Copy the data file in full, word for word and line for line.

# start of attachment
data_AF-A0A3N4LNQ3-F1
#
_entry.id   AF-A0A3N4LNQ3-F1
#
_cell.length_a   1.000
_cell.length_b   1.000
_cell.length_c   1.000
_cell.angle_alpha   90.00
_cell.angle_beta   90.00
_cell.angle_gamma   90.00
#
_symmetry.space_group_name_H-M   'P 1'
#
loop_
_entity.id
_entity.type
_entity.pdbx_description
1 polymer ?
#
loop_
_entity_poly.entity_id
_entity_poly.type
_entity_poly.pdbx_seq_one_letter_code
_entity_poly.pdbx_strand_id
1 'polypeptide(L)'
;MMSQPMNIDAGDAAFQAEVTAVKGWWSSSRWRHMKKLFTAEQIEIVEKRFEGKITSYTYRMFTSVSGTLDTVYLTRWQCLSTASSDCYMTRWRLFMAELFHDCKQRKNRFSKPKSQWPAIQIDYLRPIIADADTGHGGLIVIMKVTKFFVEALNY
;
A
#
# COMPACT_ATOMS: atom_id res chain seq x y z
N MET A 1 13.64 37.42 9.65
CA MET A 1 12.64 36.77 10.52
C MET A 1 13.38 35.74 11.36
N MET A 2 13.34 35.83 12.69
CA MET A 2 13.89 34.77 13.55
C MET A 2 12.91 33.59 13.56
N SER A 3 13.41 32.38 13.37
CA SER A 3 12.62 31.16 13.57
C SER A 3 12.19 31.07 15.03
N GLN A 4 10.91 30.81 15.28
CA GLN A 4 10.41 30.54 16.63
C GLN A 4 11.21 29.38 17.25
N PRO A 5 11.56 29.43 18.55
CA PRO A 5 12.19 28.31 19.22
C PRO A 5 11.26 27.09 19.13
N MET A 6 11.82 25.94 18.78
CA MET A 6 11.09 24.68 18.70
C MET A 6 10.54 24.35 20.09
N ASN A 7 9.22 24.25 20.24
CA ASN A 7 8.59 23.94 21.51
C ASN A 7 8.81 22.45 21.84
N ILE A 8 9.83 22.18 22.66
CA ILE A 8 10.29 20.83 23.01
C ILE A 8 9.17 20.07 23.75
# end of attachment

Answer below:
data_AF-A0A3N4LNQ3-F1
#
_entry.id   AF-A0A3N4LNQ3-F1
#
_cell.length_a   1.000
_cell.length_b   1.000
_cell.length_c   1.000
_cell.angle_alpha   90.00
_cell.angle_beta   90.00
_cell.angle_gamma   90.00
#
_symmetry.space_group_name_H-M   'P 1'
#
loop_
_entity.id
_entity.type
_entity.pdbx_description
1 polymer ?
#
loop_
_entity_poly.entity_id
_entity_poly.type
_entity_poly.pdbx_seq_one_letter_code
_entity_poly.pdbx_strand_id
1 'polypeptide(L)'
;MMSQPMNIDAGDAAFQAEVTAVKGWWSSSRWRHMKKLFTAEQIEIVEKRFEGKITSYTYRMFTSVSGTLDTVYLTRWQCLSTASSDCYMTRWRLFMAELFHDCKQRKNRFSKPKSQWPAIQIDYLRPIIADADTGHGGLIVIMKVTKFFVEALNY
;
A
#
# COMPACT_ATOMS: atom_id res chain seq x y z
N MET A 1 13.64 37.42 9.65
CA MET A 1 12.64 36.77 10.52
C MET A 1 13.38 35.74 11.36
N MET A 2 13.34 35.83 12.69
CA MET A 2 13.89 34.77 13.55
C MET A 2 12.91 33.59 13.56
N SER A 3 13.41 32.38 13.37
CA SER A 3 12.62 31.16 13.57
C SER A 3 12.19 31.07 15.03
N GLN A 4 10.91 30.81 15.28
CA GLN A 4 10.41 30.54 16.63
C GLN A 4 11.21 29.38 17.25
N PRO A 5 11.56 29.43 18.55
CA PRO A 5 12.19 28.31 19.22
C PRO A 5 11.26 27.09 19.13
N MET A 6 11.82 25.94 18.78
CA MET A 6 11.09 24.68 18.70
C MET A 6 10.54 24.35 20.09
N ASN A 7 9.22 24.25 20.24
CA ASN A 7 8.59 23.94 21.51
C ASN A 7 8.81 22.45 21.84
N ILE A 8 9.83 22.18 22.66
CA ILE A 8 10.29 20.83 23.01
C ILE A 8 9.17 20.07 23.75